POWERS: The islands aren’t so empty now, but they still offer a refuge from Boston’s teeming streets and looming skyscrapers. And Nancy explains that introducing the city’s youngsters to this world on the harbor’s horizon is another of the program’s goals.
FAYE: I love the educational programs that they do for the kids to expose them to something new. It’s just, it’s so close to Boston and these kids never have an experience to do that.
POWERS: Today, some students from the New England Aquarium’s Live Blue Ambassador program join Nancy and the other volunteers. Here’s Hereesa, one of the high schoolers.
HEREESA: What we do is we focus on habitat restoration and also invasive monitoring. We distinguish, like, an invasive plant, we monitor where they’re growing, what sites they do, and kind of promote the native species to grow and flourish.
POWERS: After lunch, Hereesa and her fellow ambassadors head down to the shore to collect data on the marine life that lives on the ropes that hang off the docks. They’re led by Edgar, one of the park’s staff.
[SOUND OF WAVES]
EDGAR: We have some ropes here, we’re gonna pull 'em up. These invasive species that we’re looking at are sessile invertebrates, so once they land after their larval form they stay where they are for life so we’ll be able to see if they’re present or not.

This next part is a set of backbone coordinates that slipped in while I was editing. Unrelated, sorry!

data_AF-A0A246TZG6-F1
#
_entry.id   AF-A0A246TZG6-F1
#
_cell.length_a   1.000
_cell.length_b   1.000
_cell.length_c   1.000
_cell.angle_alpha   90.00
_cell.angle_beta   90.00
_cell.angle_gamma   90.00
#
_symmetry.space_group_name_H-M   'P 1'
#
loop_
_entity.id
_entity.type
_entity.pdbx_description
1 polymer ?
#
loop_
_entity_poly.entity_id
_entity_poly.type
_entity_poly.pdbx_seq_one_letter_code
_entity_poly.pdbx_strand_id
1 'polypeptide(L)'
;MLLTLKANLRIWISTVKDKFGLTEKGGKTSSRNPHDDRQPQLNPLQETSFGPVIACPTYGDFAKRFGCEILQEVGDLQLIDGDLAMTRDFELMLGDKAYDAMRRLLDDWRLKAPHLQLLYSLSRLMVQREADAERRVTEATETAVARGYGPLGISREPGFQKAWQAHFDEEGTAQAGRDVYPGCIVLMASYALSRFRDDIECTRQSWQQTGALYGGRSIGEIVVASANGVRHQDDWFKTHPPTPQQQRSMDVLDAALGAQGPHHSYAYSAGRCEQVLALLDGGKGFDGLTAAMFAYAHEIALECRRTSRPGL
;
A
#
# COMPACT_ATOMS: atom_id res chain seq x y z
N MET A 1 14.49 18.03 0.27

[STUDENTS TALKING ABOUT THEIR DISCOVERIES]
POWERS: The rope is covered in slimy sea creatures. The kids pluck them off and drop them in a small bucket. They pull out laminated charts and get to work identifying the different species. The information they gather is passed on to the Massachusetts Office of Coastal Zone Management, and will be used to help protect the harbor’s marine resources. Soon, the boat back to Boston pulls up to the dock. The students scramble to grab hold of the railing as the waves hit the dock. After a long day they are exhausted, but giddy, talking about next Saturday when they head to neighboring Bumpkin Island – and what it means to be part of a program working to protect their home. Here’s Hereesa again.
HEREESA: When I grow up I want to you know set an example, and also get out there. I don’t want to be just another person that’s walking on the Earth. I want to make a difference; I want to leave a mark.
POWERS: At least for now, Hereesa will leave her mark, if only on the Boston Harbor Islands, as the work of the Saturday Stewards becomes a new piece of the history that the landscape tells.
For Living on Earth, I’m Olivia Powers in the Boston Harbor.